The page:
Delphi For Fun Newsletter #6

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Monday, Oct 30, 2000
 
 
Only three programs this week, but they are good ones. 
 
Graph Traverse begins our exploration of search algorithms.  Given an array of integers, find the paths from one corner to the diagonally opposite corner with the largest and smallest sums of integers on the path.  This is an "exhaustive" search since only by searching all paths can we be sure we have found the extremes. 
 
The Knight's Tour is a classic chess problem which, in theory, is much more complex than the Graph Traverse program.  The problem is to make tour of a chess board making standard "knightly" moves starting at an arbitrary position and touching each square of the board exactly once.  Searching all possible paths is impossible in this case (unless we have a very fast computer and a few million years to wait.)  Fortunately, as is often the case a mathematician, von Warnsdorf in this case, developed a solution a couple of hundred years ago.  There were some pretty sharp guys back in those days.   Warnsdorf's heuristic (rule of thumb)  makes solving the problem almost trivial.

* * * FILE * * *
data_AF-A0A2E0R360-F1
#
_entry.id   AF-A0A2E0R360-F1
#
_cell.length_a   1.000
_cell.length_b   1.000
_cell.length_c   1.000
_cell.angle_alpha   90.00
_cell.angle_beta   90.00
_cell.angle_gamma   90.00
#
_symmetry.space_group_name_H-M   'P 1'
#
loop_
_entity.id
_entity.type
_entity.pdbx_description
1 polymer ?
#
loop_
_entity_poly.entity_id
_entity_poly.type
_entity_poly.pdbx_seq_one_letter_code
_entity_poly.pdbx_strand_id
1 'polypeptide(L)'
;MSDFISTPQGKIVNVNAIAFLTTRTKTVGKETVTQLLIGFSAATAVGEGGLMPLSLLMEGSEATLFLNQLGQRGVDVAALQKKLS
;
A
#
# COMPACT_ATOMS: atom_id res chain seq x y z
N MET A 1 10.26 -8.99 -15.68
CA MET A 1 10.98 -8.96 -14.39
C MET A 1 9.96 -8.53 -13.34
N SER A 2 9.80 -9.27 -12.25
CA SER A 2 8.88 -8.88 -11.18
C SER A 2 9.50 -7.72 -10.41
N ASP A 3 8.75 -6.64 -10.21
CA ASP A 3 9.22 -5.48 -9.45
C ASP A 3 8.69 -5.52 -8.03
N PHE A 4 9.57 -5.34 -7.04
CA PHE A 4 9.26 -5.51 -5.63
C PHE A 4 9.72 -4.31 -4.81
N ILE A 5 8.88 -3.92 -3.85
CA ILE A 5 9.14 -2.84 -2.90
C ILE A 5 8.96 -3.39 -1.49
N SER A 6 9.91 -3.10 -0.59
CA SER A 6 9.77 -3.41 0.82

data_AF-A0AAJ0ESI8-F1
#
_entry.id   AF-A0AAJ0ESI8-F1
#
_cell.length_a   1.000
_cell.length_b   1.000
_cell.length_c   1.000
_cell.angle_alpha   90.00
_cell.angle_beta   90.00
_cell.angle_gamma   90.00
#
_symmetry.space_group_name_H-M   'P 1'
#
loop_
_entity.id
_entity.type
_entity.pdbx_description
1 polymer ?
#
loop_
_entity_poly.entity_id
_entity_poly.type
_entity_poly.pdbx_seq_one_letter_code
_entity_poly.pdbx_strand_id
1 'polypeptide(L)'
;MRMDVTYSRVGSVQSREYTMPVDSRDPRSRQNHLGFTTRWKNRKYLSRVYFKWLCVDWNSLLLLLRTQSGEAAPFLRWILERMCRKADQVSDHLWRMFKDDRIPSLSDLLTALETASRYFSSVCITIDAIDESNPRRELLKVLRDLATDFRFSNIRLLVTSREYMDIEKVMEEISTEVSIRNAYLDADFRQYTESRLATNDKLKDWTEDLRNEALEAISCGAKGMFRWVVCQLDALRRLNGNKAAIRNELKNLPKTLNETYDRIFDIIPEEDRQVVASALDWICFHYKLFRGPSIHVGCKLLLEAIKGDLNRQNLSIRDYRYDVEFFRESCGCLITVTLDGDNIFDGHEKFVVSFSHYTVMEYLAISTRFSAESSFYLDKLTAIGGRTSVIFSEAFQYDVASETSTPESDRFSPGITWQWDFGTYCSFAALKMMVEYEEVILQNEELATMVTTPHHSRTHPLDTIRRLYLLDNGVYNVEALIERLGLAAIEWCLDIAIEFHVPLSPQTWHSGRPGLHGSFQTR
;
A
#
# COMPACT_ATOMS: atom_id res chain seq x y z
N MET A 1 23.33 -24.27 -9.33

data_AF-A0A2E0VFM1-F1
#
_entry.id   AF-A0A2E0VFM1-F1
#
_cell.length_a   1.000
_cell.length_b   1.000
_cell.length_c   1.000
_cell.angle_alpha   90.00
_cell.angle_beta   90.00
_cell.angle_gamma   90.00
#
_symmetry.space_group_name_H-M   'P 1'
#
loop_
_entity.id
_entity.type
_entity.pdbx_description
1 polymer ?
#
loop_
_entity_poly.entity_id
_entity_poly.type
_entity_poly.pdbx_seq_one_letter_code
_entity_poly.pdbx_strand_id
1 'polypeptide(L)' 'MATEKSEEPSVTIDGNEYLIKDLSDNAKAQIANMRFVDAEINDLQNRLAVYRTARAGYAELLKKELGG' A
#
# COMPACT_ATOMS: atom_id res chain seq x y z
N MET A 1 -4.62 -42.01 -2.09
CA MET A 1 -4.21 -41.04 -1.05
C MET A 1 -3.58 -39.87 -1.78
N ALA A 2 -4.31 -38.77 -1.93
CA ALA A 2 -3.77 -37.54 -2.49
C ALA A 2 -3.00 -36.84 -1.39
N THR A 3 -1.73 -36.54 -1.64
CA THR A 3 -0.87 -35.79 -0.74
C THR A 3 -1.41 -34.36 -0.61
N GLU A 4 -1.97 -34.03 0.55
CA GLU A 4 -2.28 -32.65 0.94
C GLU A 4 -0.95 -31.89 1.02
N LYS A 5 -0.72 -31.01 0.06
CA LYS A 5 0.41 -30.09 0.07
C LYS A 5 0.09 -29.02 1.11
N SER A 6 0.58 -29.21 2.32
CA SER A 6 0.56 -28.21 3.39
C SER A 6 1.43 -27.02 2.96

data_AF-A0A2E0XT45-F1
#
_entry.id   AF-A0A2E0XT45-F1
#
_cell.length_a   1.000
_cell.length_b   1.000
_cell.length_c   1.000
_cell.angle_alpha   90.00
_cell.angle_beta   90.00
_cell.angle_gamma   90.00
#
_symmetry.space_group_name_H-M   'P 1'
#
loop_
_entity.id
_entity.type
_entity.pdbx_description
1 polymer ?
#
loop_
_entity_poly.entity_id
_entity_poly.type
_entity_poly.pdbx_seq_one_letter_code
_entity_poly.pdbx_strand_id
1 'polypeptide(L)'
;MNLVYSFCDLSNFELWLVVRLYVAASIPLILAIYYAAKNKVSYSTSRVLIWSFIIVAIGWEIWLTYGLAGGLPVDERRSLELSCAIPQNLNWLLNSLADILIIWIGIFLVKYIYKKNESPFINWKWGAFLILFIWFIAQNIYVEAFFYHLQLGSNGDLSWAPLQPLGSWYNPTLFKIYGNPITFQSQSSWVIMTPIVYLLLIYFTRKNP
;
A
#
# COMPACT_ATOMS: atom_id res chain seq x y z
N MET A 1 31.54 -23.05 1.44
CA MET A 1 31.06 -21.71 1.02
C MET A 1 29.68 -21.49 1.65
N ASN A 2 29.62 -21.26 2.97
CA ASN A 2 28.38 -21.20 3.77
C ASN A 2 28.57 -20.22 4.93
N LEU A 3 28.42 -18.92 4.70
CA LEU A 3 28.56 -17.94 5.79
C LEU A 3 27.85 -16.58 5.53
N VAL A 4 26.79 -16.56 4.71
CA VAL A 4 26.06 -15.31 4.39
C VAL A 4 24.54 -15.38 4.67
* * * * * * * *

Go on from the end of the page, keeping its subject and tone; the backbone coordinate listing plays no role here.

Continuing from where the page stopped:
Finally a program demonstrating a fast lookup method known as "Hashing" was posted in the Math Topics section of the site.    
 
Hey, we're up to a cumulative total of 1200 visitors!  I didn't know there were that many Delphi programmers out there.    Help spread the word - feel free to forward this to anyone who might be interested.
 
Well, back to my annual "thought experiment" trying to understand why, if I set my clock back  and gained an hour, it can be getting dark an hour earlier.    I've decided it's easiest just to think of it as moving the sun forward.       
 
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Gary
 
_____________________________
Gary Darby
http://www.delphiforfun.org
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"One should guard against preaching to young people success in the customary form as the main aim in life.  The most important motive for work in school and in life is pleasure in work, pleasure in its result, and the knowledge of the value of the result to the community." -- Albert Einstein

 
 
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